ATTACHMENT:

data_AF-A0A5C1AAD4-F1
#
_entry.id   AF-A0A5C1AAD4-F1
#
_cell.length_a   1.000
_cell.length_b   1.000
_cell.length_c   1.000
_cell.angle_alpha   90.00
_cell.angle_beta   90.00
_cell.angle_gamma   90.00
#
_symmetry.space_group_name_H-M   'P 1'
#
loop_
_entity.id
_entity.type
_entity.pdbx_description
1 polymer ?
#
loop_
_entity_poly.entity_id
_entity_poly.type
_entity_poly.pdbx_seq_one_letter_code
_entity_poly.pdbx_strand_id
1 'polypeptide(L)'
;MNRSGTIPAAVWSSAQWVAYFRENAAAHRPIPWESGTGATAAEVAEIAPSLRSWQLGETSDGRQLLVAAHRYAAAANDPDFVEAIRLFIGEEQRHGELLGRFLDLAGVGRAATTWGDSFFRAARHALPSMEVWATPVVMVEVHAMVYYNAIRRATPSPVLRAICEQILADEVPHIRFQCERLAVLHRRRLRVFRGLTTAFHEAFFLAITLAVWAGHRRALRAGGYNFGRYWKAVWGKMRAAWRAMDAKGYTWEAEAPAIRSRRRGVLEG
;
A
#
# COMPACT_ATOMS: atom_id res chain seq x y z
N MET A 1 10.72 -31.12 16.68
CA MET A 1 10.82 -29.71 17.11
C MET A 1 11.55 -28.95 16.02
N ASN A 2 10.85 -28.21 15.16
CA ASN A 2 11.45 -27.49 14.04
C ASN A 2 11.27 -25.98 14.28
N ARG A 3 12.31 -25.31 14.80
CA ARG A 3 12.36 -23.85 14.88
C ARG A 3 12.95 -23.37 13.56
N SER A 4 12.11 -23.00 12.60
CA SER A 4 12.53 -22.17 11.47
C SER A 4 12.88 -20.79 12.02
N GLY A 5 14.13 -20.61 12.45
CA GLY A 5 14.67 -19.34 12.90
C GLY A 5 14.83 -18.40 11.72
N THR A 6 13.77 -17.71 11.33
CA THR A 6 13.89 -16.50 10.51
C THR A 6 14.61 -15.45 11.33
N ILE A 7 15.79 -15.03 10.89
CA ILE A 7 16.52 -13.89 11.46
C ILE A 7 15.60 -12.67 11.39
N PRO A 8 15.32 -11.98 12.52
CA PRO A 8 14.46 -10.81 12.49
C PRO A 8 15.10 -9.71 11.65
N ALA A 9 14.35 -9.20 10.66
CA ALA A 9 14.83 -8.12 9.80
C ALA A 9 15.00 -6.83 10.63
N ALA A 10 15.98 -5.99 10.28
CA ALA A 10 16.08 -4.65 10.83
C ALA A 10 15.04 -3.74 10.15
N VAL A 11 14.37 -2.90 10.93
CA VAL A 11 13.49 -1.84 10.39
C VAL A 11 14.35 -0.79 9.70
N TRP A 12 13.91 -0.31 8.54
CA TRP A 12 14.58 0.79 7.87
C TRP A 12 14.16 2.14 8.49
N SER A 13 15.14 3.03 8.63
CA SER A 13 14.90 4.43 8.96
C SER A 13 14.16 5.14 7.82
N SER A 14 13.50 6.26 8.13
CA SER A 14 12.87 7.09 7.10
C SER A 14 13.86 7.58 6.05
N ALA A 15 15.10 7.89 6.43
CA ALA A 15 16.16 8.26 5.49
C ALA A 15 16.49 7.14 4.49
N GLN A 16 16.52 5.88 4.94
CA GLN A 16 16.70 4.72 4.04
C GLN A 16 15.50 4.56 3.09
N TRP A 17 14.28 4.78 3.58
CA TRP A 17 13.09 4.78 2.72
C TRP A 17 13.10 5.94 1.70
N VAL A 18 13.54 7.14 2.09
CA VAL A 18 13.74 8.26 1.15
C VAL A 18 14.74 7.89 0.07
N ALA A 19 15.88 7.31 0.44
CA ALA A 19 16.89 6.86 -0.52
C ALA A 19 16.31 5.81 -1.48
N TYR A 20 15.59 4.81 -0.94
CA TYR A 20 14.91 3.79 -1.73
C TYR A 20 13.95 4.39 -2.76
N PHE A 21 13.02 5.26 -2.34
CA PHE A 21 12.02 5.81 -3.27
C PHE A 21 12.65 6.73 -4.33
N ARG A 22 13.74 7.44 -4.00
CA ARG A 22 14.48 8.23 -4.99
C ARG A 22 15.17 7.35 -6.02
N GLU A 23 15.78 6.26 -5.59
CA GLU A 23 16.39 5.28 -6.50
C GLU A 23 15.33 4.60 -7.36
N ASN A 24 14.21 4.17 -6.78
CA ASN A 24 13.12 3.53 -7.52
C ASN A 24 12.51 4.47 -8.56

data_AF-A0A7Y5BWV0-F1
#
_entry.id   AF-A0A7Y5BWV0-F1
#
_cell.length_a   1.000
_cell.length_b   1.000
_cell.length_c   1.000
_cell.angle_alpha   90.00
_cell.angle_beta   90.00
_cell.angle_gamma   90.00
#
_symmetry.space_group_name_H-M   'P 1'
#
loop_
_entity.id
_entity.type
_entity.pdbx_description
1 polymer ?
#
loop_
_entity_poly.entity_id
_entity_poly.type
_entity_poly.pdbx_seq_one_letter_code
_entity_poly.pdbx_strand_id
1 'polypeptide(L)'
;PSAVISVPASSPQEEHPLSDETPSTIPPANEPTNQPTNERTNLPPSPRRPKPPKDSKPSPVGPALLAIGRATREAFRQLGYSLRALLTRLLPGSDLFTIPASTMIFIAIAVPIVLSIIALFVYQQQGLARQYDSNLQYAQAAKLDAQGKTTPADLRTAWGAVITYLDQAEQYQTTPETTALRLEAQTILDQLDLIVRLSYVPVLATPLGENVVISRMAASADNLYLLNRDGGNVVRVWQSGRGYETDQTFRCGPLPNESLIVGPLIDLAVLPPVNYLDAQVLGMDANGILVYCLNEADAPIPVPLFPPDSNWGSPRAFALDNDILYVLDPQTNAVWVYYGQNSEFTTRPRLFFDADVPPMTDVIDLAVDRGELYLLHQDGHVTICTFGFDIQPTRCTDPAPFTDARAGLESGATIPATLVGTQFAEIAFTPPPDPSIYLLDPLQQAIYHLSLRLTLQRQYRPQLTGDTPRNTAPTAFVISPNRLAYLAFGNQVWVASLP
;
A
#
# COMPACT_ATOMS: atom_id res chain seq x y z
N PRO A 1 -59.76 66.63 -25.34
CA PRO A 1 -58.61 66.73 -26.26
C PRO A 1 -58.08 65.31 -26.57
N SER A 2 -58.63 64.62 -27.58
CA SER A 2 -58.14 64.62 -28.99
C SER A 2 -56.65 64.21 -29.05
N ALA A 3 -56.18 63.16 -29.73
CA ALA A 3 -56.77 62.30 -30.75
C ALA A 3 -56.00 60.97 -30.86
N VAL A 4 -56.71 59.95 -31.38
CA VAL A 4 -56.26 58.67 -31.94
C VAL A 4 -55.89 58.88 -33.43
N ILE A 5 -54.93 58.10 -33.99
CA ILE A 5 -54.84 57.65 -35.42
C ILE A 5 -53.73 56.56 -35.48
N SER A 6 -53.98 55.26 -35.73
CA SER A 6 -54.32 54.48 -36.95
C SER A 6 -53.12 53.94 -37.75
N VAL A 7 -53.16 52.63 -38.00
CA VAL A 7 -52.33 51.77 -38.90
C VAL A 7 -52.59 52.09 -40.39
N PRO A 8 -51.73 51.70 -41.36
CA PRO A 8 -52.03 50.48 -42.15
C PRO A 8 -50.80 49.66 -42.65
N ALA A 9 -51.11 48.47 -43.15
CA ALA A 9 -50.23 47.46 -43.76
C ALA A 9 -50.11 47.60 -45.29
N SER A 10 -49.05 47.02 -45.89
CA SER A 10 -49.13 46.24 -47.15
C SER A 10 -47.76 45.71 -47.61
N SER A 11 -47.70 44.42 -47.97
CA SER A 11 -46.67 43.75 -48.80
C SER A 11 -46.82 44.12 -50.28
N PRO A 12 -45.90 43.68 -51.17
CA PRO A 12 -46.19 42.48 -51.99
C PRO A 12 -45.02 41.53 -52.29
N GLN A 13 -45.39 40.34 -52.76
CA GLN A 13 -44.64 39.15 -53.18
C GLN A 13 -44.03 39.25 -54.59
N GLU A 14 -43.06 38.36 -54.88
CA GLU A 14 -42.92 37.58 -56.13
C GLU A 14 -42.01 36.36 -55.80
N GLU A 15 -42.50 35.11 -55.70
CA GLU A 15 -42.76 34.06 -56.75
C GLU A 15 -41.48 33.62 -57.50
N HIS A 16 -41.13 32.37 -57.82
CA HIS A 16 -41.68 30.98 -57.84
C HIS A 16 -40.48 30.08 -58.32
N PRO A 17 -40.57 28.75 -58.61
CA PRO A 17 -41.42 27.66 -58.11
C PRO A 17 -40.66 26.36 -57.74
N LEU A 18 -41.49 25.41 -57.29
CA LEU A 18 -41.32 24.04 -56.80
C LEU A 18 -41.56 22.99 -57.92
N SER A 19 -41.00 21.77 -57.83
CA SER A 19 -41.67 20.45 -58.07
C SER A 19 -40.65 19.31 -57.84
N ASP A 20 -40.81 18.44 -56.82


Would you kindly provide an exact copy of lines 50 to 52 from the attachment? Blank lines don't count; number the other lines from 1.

CA ILE A 7 16.52 -13.89 11.46
C ILE A 7 15.60 -12.67 11.39
N PRO A 8 15.32 -11.98 12.52